Falls and its related consequences are among the major elderly’s public health worldwide problem [1-4]. Approximately 42% of elderly with 70 years or more have experienced at least one fall in the last twelve months . A recent systematic review showed a higher risk-adjusted mortality in falls compared to motor vehicle collisions , increasing morbity and mortality in older adults [3,5,6].
Several studies have demonstrated exponential growing risk of falls with increasing age [3,7,8], not only by structural and physiological changes, but also by reduction of functionality and increasing of frailty [4,5]. Functionality is associated with elderly’s function and physical capacities, as muscle potency, walking speed and functional mobility; and social and attitudinal environmental factors affecting them [9,10], and the declines of these capacities have the potential to increase fall’s risk and the severity of falling consequences in older adults .
Besides the physical consequences, falls lead to psychological and cognitive changes, as social isolation, depression, fear of falling [11-13] and reduction in quality of life [11,14]. It has been concluded that combination of these factors restrict their activities of daily living, social activities and health perception, making elderly’s functionally dependent, and therefore, generating a negative social and economical impact on family, community and society [4,11,13].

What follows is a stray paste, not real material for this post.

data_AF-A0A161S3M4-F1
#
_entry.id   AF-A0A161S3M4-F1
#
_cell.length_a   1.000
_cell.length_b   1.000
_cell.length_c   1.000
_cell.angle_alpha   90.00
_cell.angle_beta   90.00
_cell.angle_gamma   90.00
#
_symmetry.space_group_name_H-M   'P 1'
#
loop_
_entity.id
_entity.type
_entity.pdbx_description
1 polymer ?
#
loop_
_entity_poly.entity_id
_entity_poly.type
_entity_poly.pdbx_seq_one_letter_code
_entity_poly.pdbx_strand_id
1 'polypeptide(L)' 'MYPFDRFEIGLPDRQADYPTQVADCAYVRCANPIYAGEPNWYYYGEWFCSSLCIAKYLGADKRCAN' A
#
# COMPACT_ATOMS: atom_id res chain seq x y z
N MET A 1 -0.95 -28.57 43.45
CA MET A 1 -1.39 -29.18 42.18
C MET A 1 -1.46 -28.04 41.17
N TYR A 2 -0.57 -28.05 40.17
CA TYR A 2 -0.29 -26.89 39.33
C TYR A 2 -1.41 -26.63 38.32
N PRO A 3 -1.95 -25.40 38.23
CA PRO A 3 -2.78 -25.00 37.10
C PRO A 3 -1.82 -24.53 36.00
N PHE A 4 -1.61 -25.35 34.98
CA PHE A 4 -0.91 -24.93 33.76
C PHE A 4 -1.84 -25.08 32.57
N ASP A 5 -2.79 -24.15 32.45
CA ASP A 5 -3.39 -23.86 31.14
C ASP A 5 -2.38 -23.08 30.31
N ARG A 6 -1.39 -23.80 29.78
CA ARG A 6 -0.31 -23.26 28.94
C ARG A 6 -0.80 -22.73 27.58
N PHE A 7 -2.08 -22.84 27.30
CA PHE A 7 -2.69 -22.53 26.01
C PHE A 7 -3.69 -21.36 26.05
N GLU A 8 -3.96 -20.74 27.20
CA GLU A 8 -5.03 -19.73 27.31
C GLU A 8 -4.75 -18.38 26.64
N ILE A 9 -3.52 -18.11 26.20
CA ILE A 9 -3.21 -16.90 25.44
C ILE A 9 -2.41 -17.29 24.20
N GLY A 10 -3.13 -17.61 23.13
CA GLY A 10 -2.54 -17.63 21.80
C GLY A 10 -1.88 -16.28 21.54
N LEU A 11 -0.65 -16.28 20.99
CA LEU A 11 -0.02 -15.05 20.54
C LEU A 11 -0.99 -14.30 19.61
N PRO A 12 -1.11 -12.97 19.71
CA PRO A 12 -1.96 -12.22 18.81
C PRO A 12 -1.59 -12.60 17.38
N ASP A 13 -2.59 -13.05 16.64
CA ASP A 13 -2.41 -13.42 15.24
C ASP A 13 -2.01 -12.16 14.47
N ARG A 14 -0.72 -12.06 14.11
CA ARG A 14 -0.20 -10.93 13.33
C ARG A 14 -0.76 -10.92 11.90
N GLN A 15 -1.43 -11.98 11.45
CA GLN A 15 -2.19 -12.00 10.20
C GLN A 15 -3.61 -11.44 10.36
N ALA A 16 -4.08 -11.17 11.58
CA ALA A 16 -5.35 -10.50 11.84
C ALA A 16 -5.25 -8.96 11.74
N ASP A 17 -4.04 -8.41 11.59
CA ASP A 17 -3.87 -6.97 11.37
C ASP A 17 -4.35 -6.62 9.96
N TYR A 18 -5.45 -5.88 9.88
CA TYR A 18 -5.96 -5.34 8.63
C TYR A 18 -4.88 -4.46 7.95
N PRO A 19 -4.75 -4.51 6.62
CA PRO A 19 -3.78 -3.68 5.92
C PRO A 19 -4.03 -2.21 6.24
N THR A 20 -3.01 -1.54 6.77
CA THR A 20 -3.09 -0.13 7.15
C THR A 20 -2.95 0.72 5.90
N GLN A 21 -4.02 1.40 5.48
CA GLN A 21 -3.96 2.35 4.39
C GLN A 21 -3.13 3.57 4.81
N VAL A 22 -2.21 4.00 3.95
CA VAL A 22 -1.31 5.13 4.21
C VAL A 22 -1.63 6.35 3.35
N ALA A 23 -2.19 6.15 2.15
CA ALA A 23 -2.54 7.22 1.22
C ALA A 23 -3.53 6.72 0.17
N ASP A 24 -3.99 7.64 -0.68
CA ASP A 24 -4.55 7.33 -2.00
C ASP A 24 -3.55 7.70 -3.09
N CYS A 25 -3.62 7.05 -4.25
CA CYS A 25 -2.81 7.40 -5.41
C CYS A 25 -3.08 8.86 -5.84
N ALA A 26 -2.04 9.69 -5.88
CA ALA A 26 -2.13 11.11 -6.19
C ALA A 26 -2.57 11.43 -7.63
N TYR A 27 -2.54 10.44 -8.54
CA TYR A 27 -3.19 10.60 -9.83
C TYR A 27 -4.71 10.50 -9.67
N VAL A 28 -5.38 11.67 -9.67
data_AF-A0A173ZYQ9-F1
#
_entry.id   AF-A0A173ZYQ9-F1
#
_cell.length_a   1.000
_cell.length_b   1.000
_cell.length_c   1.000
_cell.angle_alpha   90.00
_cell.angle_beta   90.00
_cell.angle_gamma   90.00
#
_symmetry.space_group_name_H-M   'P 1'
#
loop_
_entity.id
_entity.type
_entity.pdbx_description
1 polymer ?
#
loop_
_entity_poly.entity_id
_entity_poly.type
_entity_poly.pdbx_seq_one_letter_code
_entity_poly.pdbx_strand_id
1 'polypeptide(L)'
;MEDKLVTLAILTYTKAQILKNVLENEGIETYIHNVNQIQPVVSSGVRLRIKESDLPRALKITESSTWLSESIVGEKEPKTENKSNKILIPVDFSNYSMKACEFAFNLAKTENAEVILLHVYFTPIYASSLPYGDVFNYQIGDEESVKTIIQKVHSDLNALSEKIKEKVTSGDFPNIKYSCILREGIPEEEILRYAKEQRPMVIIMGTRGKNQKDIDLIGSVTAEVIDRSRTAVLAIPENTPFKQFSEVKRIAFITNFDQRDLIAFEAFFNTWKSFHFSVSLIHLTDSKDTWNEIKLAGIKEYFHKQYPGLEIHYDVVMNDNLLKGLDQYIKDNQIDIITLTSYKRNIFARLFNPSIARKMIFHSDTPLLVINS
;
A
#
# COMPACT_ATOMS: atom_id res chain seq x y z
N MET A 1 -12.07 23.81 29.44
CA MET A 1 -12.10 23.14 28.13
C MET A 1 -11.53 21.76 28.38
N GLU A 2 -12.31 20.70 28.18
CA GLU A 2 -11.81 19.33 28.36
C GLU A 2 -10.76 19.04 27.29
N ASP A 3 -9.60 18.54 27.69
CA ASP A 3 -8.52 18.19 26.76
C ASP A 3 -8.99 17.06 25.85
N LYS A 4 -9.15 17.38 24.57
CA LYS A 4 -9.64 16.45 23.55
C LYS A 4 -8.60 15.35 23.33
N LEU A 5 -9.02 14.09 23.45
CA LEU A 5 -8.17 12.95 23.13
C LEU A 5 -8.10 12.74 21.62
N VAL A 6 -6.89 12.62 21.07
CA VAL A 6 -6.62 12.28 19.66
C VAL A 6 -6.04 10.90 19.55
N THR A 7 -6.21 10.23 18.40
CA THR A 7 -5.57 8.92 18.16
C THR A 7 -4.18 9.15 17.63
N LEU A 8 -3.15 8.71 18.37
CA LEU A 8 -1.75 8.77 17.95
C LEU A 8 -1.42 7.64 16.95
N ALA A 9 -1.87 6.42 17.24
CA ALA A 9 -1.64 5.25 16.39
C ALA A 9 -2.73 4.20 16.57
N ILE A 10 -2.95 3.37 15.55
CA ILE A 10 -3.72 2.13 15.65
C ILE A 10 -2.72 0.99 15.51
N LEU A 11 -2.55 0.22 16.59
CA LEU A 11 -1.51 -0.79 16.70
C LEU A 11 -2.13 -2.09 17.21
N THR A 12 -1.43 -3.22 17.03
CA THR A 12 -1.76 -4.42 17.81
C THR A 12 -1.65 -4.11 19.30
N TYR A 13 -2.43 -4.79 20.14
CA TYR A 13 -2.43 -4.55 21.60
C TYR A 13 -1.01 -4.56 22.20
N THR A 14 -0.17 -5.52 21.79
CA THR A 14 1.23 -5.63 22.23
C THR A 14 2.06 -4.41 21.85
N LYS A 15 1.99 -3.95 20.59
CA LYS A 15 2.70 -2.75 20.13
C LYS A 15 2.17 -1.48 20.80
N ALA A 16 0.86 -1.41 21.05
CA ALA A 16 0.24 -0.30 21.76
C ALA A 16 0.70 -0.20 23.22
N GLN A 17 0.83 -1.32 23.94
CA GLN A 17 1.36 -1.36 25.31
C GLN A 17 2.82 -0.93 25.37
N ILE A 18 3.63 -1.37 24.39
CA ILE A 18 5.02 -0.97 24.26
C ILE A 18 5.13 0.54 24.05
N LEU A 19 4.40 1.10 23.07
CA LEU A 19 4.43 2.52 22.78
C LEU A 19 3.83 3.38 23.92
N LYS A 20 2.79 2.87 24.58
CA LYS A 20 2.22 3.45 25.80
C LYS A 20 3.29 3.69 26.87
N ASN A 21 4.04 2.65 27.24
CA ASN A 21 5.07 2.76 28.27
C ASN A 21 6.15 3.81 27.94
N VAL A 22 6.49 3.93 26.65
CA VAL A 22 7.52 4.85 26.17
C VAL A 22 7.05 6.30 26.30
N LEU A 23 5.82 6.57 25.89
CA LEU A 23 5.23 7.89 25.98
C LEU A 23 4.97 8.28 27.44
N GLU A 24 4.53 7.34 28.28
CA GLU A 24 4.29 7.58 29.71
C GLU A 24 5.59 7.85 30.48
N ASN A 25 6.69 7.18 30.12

In this context, it’s really important to assess the risk of falls and prevent these episodes. The multifactorial assessment identifies the risk factors for falling. The evaluation may include cognitive impairment, continence problems, falls history (involving causes and consequences, such as fear of falling and injuries), adequate use of footwear, home hazards (e.g. inadequate lightening, carpet or slippery floor, etc.), health problems that may increase their risk of falling (e.g., arterial hypertension, syncope syndrome, visual impairment, etc.), inadequate or excessive use of medication, postural instability, mobility problems and/or balance problems [15,16].
All older adults with frequent falls or with increased risk of falling should be considered for an individualized multifactorial
intervention composed by strength and balance training, home hazard assessment and intervention, vision assessment and referral, medication review with modification/withdrawal and psychological aspects including risk behavior and fear of falls. These aspects can avoid the reduction of physical activity level promoting independence and improving physical, psychological and social function, providing a better quality of life for older adults [15,16].